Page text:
Doctor insights on:
Back Pain Rid
Strengthen your core:
By strengthening your core muscles your back muscles do less work.
If you also have any pain starting in your back and radiating to other parts of your body seek medical attention as you might have a slipped disk or other serious problem. ...Read more
See below: It is probably not possible to completely prevent back pain but here are some tips. Keep yourself physically fit and have a regular exercise program. Eat a healthy diet, avoid junk food. Do not smoke. Move regularly even if you have a sitting job. Learn safe lifting techniques. If you get back pain, don't panic. ...Read more
By limiting sitting: Sitting generates a 4 times body load across your lower back. That load is further enhanced by being static in one position. Sitting in a higher chair like a bar stool will decrease the load. Having a chair with a higher back and arm supports also will help. Placing a rolled towel in the small of your back between the chair back can help. By getting up after 15 to 30 minutes can help ...Read more
Correct posture: The seated position actually places up to 6x more strain to the low back than standing. When seated, you can promote better posture by sitting at the edge of the seat, preferably with the knees lower than the hips. I also encourage patients to use a lumbar (low back) pillow to sit as if you were"pooching out" your stomach and sticking your chest out. Also, see my "back pain/strain" health guide. ...Read more
Be aware: Be aware of proper body mechanics by using your legs as your power source and keeping the load close to your body while avoiding any type of twisting or rotation as you lift. Know your limits especially with large, bulky objects or heavy ones. ...Read more
See you physician: No one should have to live with pain. If you have pain on a daily basis that you rate as greater than 5 on a scale of 0-10, you should seek treatment from a medical professional. That being said, I can not tell anything about the cause of your pain and what to do to get rid of it without seeing you. I recommend you find a good pain management physician in your are for help. ...Read more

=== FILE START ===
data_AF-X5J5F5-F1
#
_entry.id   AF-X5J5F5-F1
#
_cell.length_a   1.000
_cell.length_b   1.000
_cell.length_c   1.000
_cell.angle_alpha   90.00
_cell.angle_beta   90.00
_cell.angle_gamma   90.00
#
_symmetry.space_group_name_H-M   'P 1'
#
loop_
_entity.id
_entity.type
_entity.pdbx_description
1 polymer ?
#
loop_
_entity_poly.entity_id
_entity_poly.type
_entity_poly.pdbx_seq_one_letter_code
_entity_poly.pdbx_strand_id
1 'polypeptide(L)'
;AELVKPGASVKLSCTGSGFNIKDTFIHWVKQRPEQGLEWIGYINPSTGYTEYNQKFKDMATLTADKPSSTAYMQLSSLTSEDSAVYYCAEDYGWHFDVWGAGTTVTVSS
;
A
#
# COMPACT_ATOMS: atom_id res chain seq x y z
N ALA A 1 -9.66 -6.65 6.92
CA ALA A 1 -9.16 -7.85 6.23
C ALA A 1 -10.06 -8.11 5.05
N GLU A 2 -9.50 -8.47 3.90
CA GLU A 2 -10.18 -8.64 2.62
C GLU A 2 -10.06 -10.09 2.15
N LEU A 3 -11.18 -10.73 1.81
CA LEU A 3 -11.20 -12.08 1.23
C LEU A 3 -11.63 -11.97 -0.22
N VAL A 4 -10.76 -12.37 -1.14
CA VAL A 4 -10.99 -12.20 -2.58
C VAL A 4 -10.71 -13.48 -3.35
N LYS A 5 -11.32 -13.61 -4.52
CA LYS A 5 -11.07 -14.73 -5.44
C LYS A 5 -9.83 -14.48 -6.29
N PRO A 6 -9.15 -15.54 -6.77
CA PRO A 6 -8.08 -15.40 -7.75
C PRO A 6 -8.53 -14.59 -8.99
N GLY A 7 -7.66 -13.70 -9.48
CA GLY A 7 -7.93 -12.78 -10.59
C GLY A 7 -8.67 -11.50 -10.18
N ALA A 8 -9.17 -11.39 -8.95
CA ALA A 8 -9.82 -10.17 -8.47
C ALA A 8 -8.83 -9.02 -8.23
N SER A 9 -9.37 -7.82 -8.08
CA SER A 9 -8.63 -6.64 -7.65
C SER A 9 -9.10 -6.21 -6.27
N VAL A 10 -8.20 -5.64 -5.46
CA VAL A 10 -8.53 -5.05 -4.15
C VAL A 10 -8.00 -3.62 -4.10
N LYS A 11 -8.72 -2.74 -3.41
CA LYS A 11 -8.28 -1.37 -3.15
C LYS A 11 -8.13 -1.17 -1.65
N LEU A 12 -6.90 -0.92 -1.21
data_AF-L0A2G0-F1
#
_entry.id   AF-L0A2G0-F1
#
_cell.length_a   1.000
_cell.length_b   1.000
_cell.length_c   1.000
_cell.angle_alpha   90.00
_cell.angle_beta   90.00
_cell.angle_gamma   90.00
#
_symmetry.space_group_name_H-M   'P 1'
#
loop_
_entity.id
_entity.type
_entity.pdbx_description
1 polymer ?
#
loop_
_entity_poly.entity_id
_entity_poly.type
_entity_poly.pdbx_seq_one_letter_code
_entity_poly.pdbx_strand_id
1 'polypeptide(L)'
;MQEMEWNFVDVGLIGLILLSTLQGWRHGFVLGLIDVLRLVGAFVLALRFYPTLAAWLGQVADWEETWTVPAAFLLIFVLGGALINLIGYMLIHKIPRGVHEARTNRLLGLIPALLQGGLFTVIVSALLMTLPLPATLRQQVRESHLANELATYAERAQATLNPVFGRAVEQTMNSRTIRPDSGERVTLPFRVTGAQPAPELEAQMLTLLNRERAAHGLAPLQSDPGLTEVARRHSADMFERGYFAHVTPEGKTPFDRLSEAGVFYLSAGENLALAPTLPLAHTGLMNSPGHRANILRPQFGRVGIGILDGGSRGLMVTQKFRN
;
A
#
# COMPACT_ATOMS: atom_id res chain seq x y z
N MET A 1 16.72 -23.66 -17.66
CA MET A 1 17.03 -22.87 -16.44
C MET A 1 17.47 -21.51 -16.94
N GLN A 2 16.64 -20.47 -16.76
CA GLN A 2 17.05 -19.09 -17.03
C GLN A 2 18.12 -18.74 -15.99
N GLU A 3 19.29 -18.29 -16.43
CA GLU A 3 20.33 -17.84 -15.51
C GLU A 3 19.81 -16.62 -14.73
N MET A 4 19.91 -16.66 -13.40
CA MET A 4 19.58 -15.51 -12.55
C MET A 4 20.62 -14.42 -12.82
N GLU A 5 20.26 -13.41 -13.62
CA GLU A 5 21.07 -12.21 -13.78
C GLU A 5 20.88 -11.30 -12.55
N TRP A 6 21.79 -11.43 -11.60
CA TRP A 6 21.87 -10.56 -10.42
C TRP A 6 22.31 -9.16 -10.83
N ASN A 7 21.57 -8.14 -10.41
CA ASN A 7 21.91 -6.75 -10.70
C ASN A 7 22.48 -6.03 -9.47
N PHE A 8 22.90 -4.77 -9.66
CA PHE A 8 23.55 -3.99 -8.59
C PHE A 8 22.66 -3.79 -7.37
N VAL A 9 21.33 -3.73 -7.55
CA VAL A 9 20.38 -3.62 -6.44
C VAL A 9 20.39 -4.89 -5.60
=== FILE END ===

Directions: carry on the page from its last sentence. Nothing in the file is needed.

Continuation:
Don't smoke: Smoking increeases dddz.Get a more detailed answer ›
Check posture: Most sitting problems are due to posture - look at someone on the computer or driving a car - most are slouching! Use an ergonomic chair or lumbar support whenever sitting at home, at work or in the car. ...Read more
Yoga, et al...:
Where is your pain? Low back pain may be related to poor arch support, and/or poor posture. Try tilting your pelvis...As if sitting down...Flattening the lumbar curvature of your spine. Does that relieve it any?
Yoga can be very useful for fostering body awareness and better posture so that you will understand how shifts in your posture, alignment, and movement will affect how you feel. ...Read more
What is the cause?:
back pain is very common. To treat it best, you need to figure out the cause. There are many possibilities including arthritis, fracture, facet disease, soft tissue abnormalities, infection, nerve impingement, stress reaction & stress fracture...
If you've had the pain for a while or if it is disabling, you need to see your doctor for a diagnosis. Then he/she can devise a tx plan. Good luck. ...Read more
Many Possibilities: Depending on how long it's been going on, I would consider an evaluation by a spine specialist. Sometimes it could be a muscle imbalance, early onset arthritis or scoliosis. Also could be a pinched nerve/herniated disc. Either way it might be good to figure it out and get appropriate treatment. ...Read more
Evaluation: There are many causes of persistent back pain. Most cases respond to lumbar strengthening exercises and anti-inflammatories. For persistent pain, the best recommendation is to be evaluated by a spine specialist to understand the cause of the pain, and the best way to treat it. ...Read more
Strengthening: In soccer players I have treated for low back pain I have seen cases where the muscle soreness and tightening was due to weakness and inhibition of the gluteal muscles causing facilitation i.e. Overwork of the lumbar paraspinal muscles. A good sports med doc, a do well versed in omm or a good pt should be able to help you figure this out. ...Read more
Conservative first: Conservative treatment is the first step. A combination of core muscle strengthening, intermittent and as needed use of anti-inflammatory medications and maintaining an ideal body weight is usually effective at managing back pain. If this is unsuccessful, I would recommend seeing a spine specialist. ...Read more
Stretch and Exercise: At your age, I would suggest stretching out and working in strengthening your cores muscles. Take some anti-inflammatories around the clock for the next few days. If you do not improve after a few days, I would consider evaluation by a spine/pain specialist for further testing and treatment options like epidural steroid injections. ...Read more
Probably the reverse:
The motorcycle is probably causing it.
Sitting for prolonged periods in the same position puts a lot of pressure on the disks, spine joints and sacroiliac joints. ...Read more
Try Simple Measures: Try icing your back for 20 minutes or so laying on your side. Try some over the counter analgesics like Aleve (naproxen) or Motrin (you can use the generic versions). If no relief, see a doctor right away. If there is interference with walking or bowel or bladder problems, that's an emergency and you need to get to an er asap. ...Read more